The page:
by Rafael Medoff
Prime Minister Benjamin Netanyahu’s remarks this week about the lessons to be learned from the Allies’ response to the Holocaust may annoy some pundits, but he is in good company: numerous leaders of the rival Labor Party have said the same thing over the years.
“The leaders of the Allies knew about the Holocaust in real time. They understood exactly what was happening in the death camps,” Netanyahu said at a ceremony dedicating a new exhibit at the site of the former Auschwitz death camp. “They were asked to act, they could have acted, and they did not. To we Jews the lesson is clear. We must not be complacent in the face of threats of annihilation. We must not bury our heads in the sand or allow others to do the work for us.”
When Prime Minister Netanyahu made a similar point in an AIPAC speech last year, some Israeli pundits chided him for injecting the Holocaust into Israeli strategic calculations. But the fact is that linking the history of the Holocaust and modern Israeli strategy has been commonplace among Israel’s leaders since day one.
In 1946, soon-to-be prime minister David Ben-Gurion testified before the Anglo-American Committee of Inquiry on Palestine that “There was a conspiracy of silence in the entire world [during the Holocaust]. When millions of Jews suffered death and when we tried to tell the world this horror, the answer was: It is Jewish atrocity propaganda, it is press propaganda of the Jews.” That, Ben-Gurion explained, was why “we [must] save ourselves…we [must] escape from this dependence, this being at the mercy of others.”
Speaking before the United Nations in 1956, then-Foreign Minister Golda Meir explained Israel’s recent military action against Egypt by reminding the international community how little it had done when, “within the lifetime of nearly every person here present, a dictator arose who, like this disciple of his [Nasser], informed the world in advance of his bloodthirsty plans.” Mrs. Meir added: “The ashes of the crematoria…testified to the fidelity with which he kept his purposes. Such a lesson should not be forgotten. Certainly the people of Israel are not likely to forget what the threat of total extermination means.”
President (and former Labor Party Knesset Member) Chaim Herzog foreshadowed Netanyahu when he said, at the opening of the U.S. Holocaust Memorial Museum in 1993: “Sadly recalling that there were those who knew and did’t act, we are determined maintain a strong, viable and independent country based on the memories of the past [and] the hopes for the future…One of the major lessons [of the Holocaust] has been that it is not sufficient to have justice on your side, it is essential to be strong enough to defend it.”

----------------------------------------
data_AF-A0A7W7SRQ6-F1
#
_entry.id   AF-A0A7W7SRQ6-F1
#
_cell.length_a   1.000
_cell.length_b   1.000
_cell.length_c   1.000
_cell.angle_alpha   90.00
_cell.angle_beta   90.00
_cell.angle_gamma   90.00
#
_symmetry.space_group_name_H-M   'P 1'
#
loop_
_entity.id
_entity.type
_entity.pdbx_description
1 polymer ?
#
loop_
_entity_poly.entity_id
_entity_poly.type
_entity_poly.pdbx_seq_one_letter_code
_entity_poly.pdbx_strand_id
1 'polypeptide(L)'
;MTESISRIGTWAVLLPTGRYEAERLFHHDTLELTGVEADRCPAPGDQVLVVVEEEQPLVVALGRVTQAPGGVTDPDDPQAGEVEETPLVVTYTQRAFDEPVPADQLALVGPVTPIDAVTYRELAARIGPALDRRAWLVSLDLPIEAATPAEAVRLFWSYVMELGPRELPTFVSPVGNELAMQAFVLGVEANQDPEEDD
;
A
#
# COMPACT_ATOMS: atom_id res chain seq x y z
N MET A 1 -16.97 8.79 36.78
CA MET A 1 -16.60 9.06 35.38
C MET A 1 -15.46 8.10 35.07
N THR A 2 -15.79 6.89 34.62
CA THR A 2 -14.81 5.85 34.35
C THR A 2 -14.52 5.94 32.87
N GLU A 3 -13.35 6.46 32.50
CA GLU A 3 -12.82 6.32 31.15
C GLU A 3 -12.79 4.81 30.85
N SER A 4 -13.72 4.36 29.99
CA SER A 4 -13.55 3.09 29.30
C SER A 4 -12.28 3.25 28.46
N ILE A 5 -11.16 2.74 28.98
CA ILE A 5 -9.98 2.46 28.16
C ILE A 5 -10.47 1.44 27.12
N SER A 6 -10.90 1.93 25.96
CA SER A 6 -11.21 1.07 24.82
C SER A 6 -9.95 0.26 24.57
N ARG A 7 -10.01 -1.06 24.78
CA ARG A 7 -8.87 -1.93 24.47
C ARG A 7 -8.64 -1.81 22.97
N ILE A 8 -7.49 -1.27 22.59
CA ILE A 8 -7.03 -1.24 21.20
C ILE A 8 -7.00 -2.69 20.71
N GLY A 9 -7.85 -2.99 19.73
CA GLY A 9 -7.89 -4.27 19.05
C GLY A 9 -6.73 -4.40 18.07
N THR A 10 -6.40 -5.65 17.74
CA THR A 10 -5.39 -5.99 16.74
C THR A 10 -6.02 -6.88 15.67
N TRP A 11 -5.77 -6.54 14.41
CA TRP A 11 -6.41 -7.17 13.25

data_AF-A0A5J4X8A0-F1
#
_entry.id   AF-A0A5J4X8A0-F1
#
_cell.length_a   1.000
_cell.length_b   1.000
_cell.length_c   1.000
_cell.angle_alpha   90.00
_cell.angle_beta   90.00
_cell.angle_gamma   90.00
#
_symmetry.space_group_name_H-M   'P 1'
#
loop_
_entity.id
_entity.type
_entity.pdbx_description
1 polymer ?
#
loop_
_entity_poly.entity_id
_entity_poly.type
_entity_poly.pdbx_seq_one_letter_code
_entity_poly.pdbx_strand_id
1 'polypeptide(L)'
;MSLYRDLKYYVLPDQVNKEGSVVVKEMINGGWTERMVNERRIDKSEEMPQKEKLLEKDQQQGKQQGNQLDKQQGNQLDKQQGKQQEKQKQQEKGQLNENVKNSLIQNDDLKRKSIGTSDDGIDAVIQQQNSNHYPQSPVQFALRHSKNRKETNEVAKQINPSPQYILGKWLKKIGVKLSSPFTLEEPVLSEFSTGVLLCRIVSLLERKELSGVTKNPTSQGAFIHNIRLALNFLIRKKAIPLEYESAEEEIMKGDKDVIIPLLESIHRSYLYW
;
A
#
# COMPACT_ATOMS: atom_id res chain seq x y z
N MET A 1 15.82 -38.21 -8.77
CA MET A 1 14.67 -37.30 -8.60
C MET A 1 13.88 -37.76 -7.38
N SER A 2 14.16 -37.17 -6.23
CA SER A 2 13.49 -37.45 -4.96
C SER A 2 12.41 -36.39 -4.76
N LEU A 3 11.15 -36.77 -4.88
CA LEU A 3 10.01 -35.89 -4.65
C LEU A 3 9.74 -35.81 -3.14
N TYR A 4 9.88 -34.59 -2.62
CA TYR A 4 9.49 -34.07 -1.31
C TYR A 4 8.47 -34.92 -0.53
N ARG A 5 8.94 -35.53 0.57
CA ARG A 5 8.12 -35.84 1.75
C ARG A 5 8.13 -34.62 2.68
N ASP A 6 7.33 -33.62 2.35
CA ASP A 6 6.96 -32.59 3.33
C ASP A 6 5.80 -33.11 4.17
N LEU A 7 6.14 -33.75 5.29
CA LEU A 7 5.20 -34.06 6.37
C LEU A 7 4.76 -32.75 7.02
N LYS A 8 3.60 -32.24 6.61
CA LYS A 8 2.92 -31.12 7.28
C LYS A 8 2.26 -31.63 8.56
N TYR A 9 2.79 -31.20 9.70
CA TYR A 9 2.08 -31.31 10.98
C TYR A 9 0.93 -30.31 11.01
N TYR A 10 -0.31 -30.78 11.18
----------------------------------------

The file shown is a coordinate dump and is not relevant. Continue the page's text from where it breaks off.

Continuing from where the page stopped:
President (and former Labor Party prime minister) Shimon Peres, in his Holocaust Memorial Day address at Yad Vashem in 2010, likewise explicitly linked what happened during the Holocaust and Iran’s recent genocidal threats against Israel:
“We have a right and a duty to demand of the nations of the world that they not repeat the indifference that cost millions of lives, including their own citizens,” President Peres said. “The ears of the United Nations have to be attuned to the threats of extermination uttered by one member country against another member country…Weapons of mass destruction in the hands of those capable of mass destruction, with voices encouraging that destruction – that is the most perilous combination to world peace.”
Of course 2013 is not 1943 and it is true, as one of Netanyahu’s critics said last year, that “Not every enemy is Hitler, and not every problem is Auschwitz.” But at the same time, most Israelis, whether they support Likud or Labor, recognize that history is relevant and the abandonment of the Jews during the Holocaust does have implications for our own time.
President Barack Obama in effect included itself in this Israeli national consensus when he said at a press conference last year: “Israel is a sovereign nation that has to make its own decisions about how best to preserve its security. And…I am deeply mindful of the historical precedents that weigh on any Prime Minister of Israel when they think about the potential threats to Israel and the Jewish homeland.”